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Re: attack on dinosaur--horrific video



john bois writes:

many would-be predators don't like getting wet

The eggs are not laid in water.

They are laid in swamps--many nests are accessible only by getting one's self wet.

[SNIP]


predatory threat can only come from 180 degrees not 360;

No, croc nests are not directly next to the water.

But a croc only has to scan 180 degrees--predators are not going to be accessing the nest from the water. And to do this a croc can lie as still as a log waiting to ambush. This is an exceptionally effective strategy whether animals are merely trying to get a drink of water or robbing a nest.

In areas prone to flooding, croc nests are often on ground high enough to prevent the nest being inundated. In those cases a land-based attack on the nest can come from any direction. Many a croc has lost a few eggs to hungry varanids that sneak up behind the mother and quietly dig into the mound. It's unlikely that every single egg layed will be dug up and eaten though.


Even if a nest mound is right next to the water (or on an island in a swamp), a varanid will happily take a swim to get to it - as will just about any other predator that habitually robs croc nests (since they're living in the same swampy area to begin with).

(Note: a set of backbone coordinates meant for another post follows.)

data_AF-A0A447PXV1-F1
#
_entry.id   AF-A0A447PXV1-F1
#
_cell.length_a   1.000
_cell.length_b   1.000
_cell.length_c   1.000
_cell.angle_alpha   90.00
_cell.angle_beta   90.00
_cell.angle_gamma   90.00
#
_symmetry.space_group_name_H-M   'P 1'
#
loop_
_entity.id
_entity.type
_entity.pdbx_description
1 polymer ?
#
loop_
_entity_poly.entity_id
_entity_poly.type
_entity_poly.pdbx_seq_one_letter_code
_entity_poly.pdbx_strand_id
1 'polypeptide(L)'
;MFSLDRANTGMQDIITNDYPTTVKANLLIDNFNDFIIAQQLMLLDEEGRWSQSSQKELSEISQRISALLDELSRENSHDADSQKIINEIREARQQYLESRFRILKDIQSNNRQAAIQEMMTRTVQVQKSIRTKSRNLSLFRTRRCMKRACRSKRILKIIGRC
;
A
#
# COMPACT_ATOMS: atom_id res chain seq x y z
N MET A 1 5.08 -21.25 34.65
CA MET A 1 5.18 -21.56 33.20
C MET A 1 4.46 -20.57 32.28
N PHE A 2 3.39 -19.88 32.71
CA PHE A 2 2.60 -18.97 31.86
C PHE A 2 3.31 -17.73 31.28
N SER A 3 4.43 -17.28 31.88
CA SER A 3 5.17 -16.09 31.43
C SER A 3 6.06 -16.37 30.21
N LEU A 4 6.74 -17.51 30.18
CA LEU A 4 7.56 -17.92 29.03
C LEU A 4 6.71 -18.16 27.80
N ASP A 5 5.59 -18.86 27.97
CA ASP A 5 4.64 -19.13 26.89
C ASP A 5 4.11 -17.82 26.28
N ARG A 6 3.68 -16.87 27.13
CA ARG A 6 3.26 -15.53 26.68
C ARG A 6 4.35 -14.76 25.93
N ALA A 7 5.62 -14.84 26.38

The real benefit of a protective mother comes after the eggs hatch, when the hatchlings are wiggling about above ground (or in the water) for all to see. The act of burying the eggs is probably a better defence than actively guarding the nest, provided the number of eggs layed is large enough to offset predation (ask any marine turtle...) In fact, the presence of a nest-guarding mother probably *attracks* nest raiders. If you're a marine turtle that moves slowly on land and has no really effective means of attack, then guarding the nest is pointless. However if you're a large voracious carnivore that can move quickly and has a killer set of teeth, then the effectiveness of guarding the nest probably outweighs the fact that a guardian mother is a living billboard advertising a nest's location.

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Dann Pigdon
GIS / Archaeologist              geo cities.com/dannsdinosaurs
Melbourne, Australia             heretichides.soffiles.com
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